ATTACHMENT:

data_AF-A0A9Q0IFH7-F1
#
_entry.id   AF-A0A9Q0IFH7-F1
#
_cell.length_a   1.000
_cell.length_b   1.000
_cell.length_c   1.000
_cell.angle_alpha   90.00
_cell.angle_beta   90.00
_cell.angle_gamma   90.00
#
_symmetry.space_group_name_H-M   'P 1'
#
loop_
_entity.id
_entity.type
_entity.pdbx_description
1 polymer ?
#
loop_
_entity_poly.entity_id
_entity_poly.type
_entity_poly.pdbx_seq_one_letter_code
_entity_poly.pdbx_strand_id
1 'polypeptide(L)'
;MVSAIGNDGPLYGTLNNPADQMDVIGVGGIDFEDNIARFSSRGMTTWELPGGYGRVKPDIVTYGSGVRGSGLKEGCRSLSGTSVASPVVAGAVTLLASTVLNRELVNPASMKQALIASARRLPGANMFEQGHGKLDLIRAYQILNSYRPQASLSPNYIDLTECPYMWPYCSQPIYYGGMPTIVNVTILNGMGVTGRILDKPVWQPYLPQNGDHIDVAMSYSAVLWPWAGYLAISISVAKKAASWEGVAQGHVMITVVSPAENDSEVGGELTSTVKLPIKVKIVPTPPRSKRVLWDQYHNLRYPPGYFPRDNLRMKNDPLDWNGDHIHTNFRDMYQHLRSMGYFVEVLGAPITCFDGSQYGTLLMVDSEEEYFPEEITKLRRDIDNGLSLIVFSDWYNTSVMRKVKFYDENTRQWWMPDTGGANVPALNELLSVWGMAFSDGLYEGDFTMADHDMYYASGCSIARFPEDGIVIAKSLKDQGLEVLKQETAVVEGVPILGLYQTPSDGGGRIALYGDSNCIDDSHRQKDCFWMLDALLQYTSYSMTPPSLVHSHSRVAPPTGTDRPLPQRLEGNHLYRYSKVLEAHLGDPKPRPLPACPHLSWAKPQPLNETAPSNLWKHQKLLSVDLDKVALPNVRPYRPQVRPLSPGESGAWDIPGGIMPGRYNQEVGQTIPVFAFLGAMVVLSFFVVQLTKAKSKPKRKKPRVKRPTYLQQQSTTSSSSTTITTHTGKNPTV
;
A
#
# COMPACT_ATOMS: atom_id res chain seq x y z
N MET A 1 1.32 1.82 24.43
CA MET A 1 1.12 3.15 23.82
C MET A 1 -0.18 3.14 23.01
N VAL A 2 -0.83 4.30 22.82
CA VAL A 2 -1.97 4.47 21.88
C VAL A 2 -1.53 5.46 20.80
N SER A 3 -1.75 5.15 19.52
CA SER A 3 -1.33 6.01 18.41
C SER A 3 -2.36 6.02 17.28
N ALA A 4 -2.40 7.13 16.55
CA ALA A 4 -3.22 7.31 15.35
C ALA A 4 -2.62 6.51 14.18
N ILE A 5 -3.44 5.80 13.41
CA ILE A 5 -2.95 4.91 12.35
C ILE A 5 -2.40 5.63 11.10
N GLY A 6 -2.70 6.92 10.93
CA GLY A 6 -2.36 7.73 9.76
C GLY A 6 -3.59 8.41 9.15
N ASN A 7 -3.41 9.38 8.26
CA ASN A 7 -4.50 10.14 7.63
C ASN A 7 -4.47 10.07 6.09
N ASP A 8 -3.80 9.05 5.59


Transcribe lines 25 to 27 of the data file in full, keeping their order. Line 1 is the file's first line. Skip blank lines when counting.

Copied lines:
1 'polypeptide(L)'
;MVSAIGNDGPLYGTLNNPADQMDVIGVGGIDFEDNIARFSSRGMTTWELPGGYGRVKPDIVTYGSGVRGSGLKEGCRSLSGTSVASPVVAGAVTLLASTVLNRELVNPASMKQALIASARRLPGANMFEQGHGKLDLIRAYQILNSYRPQASLSPNYIDLTECPYMWPYCSQPIYYGGMPTIVNVTILNGMGVTGRILDKPVWQPYLPQNGDHIDVAMSYSAVLWPWAGYLAISISVAKKAASWEGVAQGHVMITVVSPAENDSEVGGELTSTVKLPIKVKIVPTPPRSKRVLWDQYHNLRYPPGYFPRDNLRMKNDPLDWNGDHIHTNFRDMYQHLRSMGYFVEVLGAPITCFDGSQYGTLLMVDSEEEYFPEEITKLRRDIDNGLSLIVFSDWYNTSVMRKVKFYDENTRQWWMPDTGGANVPALNELLSVWGMAFSDGLYEGDFTMADHDMYYASGCSIARFPEDGIVIAKSLKDQGLEVLKQETAVVEGVPILGLYQTPSDGGGRIALYGDSNCIDDSHRQKDCFWMLDALLQYTSYSMTPPSLVHSHSRVAPPTGTDRPLPQRLEGNHLYRYSKVLEAHLGDPKPRPLPACPHLSWAKPQPLNETAPSNLWKHQKLLSVDLDKVALPNVRPYRPQVRPLSPGESGAWDIPGGIMPGRYNQEVGQTIPVFAFLGAMVVLSFFVVQLTKAKSKPKRKKPRVKRPTYLQQQSTTSSSSTTITTHTGKNPTV
;